The sports world is a-buzz with the "premarital sex scandal" which seems likely to deprive Brigham Young Univ. of its shot at a wide-open NCAA basketball championship.
The facts are pretty simple:
1) BYU's center Brandon Davies was dismissed from the team yesterday for admitting to a violation of the Honor Code that all BYU students are required to sign and observe;
2) BYU then went out and lost a home game to Univ. of New Mexico, 82-64 (and the game wasn't even that close).
Davies has subsequently admitted that his violation was having premarital sex with his girlfriend, though tobacco, alcohol, caffeine, growing facial hair, getting a tattoo, or not going to church regularly would also have been code violations.
I am somewhat conflicted about the "scandal". First, unambiguously, I have to cheer UNM's crushing of BYU; Davies is the second-best player on his team (after probable Player of the Year Jimmer Fredette), but he was the only one providing the team with some legitimate size and strength up front; without him, the Lobos went right at BYU, and the shaken Cougars folded up. UNM needed the win badly, and I don't want it devalued by Davies' departure--this was the #3 team in the country, even if they'd had a stunning player loss.
Second, BYU has announced it's cutting ties with the Mountain West Conference and going to join the West Coast Conference (Gonzaga, Pepperdine, St. Mary's, etc.) for all sports except football (in which it will try to be "the Notre Dame of the West"). Good luck with that last one: after this, all prospects will be fully warned off from the requirements of Control Freak U. Good riddance!
I will give BYU some credit for failing to exhibit the usual hypocrisy shown by colleges when their athletes violate the rules. At the same time, I'd say they showed a lack of proportionality in their punishment of Davies, the team, and ultimately, themselves. I'm going to pretend that the fact Davies is an African-American, and the ugly history BYU's sponsoring religion, the Church of Latter Day Saints (a/k/a the Mormons) has had with the darker-skinned members of our society, have absolutely nothing to do with the harsh punishment given to Davies. I will acknowledge that Davies chose freely to go to BYU and sign the Honor Code and the strictures imposed on matriculants by the religion (is he really a Mormon? Hard to believe...)
I do have to say something about the Mormon religion, though. It may come up again next year when there may well be two Republican Presidential candidates of that persuasion. Respectable journalists are required to "respect" the beliefs of the Mormons; I am not bound by that. The fundamental beliefs of the Mormon religion include things like: angels came to Joseph Smith, showed him hidden gold tablets and "inspired" him to translate them, then took the tablets back, they're all about a lost race of Jews in North America whom Jesus visited after his crucifixion, that divine inspiration (and a relative excess of women) gave inspiration to the Mormon leaders to permit polygamy, then later, when it was necessary to co-exist with the USA, the same divine inspiration told them to end it, that Negroes were shunned and considered an inferior race until the 1970's, and so on. I know what I'm talking about--I've sat through the interminable Mormon pageant presented annually in Palmyra, New York (site of the Joseph Smith miracle) where they act out the whole story. The beliefs basically require credulity of the highest (or lowest) order.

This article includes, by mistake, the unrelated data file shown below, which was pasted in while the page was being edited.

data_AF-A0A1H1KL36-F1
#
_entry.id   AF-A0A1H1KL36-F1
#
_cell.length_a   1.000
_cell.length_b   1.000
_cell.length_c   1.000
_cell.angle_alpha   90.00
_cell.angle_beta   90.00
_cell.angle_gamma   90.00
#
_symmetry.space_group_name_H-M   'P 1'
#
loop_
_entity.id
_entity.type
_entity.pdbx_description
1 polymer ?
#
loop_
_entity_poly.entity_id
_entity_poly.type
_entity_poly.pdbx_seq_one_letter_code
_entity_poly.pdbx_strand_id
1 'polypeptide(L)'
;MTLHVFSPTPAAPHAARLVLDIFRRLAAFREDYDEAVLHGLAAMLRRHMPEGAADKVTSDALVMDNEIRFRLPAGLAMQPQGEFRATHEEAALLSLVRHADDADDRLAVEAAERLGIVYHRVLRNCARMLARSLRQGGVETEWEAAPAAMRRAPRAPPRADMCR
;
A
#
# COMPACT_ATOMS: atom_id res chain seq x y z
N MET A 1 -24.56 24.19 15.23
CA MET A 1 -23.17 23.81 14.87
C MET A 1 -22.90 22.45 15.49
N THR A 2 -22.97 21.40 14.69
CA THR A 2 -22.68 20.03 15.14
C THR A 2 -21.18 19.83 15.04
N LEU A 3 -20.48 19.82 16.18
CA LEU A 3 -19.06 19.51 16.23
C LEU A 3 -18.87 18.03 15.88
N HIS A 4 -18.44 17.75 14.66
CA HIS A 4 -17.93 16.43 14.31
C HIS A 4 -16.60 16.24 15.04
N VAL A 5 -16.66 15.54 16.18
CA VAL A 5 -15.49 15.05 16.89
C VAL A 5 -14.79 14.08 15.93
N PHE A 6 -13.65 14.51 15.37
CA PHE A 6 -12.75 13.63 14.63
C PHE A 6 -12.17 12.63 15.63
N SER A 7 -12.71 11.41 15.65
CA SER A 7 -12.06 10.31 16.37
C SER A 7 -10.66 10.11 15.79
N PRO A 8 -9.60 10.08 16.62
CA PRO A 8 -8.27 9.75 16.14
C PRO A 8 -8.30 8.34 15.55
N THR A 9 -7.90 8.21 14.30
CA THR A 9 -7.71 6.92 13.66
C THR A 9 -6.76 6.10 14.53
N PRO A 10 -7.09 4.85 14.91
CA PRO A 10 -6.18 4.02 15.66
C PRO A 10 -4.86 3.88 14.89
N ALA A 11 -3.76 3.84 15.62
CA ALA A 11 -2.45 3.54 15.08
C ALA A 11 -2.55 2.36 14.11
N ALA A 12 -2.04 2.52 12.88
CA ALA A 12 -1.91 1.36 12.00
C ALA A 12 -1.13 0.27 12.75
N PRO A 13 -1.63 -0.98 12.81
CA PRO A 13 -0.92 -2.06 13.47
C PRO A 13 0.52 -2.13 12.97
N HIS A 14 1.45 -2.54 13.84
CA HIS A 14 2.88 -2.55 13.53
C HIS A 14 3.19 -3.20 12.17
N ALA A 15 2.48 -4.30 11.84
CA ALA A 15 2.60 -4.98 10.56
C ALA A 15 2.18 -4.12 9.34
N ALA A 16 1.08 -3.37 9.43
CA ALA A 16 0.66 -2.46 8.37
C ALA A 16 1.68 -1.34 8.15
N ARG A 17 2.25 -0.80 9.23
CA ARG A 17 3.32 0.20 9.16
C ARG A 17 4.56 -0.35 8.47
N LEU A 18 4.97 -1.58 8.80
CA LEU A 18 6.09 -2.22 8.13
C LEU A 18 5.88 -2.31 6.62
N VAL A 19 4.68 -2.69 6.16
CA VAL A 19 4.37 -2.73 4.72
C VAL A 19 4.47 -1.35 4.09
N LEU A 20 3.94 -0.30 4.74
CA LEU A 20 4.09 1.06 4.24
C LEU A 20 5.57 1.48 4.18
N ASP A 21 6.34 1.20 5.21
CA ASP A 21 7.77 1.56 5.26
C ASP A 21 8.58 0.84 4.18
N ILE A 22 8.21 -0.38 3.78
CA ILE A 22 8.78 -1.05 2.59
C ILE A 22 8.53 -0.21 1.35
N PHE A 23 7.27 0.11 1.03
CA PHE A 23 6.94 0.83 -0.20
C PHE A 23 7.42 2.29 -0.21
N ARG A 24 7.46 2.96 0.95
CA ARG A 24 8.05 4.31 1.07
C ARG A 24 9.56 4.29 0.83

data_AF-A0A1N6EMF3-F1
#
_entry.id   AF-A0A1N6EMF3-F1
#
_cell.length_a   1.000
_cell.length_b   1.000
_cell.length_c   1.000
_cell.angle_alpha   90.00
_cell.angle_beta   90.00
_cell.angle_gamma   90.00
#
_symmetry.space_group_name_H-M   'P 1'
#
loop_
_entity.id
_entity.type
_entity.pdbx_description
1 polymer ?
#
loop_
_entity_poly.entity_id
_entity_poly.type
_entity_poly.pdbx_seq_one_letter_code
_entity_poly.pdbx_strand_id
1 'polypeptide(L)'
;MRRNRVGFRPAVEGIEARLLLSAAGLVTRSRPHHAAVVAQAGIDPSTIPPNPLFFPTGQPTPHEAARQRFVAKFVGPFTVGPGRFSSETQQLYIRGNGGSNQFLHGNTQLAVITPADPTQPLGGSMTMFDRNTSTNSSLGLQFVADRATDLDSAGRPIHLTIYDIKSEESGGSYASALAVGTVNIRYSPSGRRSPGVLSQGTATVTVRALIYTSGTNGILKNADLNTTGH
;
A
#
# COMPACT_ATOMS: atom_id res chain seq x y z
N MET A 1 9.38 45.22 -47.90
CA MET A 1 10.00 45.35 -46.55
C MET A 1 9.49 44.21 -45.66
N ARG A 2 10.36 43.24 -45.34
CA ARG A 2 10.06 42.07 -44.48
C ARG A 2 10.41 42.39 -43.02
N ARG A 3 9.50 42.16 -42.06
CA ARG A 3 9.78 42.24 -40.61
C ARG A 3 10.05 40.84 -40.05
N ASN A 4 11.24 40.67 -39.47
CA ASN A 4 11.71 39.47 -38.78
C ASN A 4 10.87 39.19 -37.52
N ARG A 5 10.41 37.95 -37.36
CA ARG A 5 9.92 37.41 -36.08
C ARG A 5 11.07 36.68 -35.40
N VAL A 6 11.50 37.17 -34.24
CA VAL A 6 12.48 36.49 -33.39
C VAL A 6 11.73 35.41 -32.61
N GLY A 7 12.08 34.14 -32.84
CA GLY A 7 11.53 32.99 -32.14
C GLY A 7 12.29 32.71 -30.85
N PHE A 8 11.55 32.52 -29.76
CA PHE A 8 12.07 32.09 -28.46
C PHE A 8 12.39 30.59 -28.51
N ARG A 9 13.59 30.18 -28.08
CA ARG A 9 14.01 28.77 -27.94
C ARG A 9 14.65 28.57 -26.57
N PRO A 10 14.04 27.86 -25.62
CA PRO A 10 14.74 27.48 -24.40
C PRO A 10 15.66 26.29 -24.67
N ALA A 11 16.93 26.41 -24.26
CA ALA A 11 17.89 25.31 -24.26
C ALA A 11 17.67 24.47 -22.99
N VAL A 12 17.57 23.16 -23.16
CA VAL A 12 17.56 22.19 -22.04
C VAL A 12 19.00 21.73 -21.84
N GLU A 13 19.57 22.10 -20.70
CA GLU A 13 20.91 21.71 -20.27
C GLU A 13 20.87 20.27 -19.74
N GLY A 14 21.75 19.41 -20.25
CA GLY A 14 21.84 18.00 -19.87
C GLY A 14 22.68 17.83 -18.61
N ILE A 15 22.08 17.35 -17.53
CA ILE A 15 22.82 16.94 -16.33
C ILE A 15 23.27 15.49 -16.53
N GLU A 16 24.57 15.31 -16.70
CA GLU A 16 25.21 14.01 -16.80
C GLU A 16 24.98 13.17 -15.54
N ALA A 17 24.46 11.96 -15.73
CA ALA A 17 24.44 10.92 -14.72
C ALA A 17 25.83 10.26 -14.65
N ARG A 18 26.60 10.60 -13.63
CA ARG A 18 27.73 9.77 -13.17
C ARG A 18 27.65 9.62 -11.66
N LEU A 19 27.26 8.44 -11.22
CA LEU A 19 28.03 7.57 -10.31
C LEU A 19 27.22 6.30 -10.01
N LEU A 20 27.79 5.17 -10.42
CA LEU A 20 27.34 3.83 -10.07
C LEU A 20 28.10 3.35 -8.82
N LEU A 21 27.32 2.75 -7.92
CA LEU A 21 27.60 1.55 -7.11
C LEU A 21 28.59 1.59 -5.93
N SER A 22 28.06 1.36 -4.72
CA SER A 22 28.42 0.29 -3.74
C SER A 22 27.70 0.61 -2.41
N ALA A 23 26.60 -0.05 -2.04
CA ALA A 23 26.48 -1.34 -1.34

As a design for living, a "business plan", on the other hand, the Mormons have a very workable model. Clean living, lots of fertility (after marriage only, please), and aggressive proselytizing worldwide has allowed the membership of the church to skyrocket. BYU brings that program to its college, and the church subsidizes tuition heavilyl, in return for which they require all their students to stay with the program (though I think they are allowed to attend other churches of their "choice").
Is it a good deal? I'd go with no; I'm all in favor of students choosing to give up various vices, in order to allow them to focus better on their studies, but I'd also argue that "education" means learning about the world they are going to be dumped into after graduation, and that the commitments students make should be revocable, as they live and learn. Dismissal from the university is too much, I've heard far too much about a "snitch" culture that exists at BYU after the "scandal" broke, and dismissal from the team for consensual sex with another adult also seems too much to me. I wish them a high seeding in the tournament, combined with an early exit, and a similar result in the Mountain West Conference's postseason tournament next week.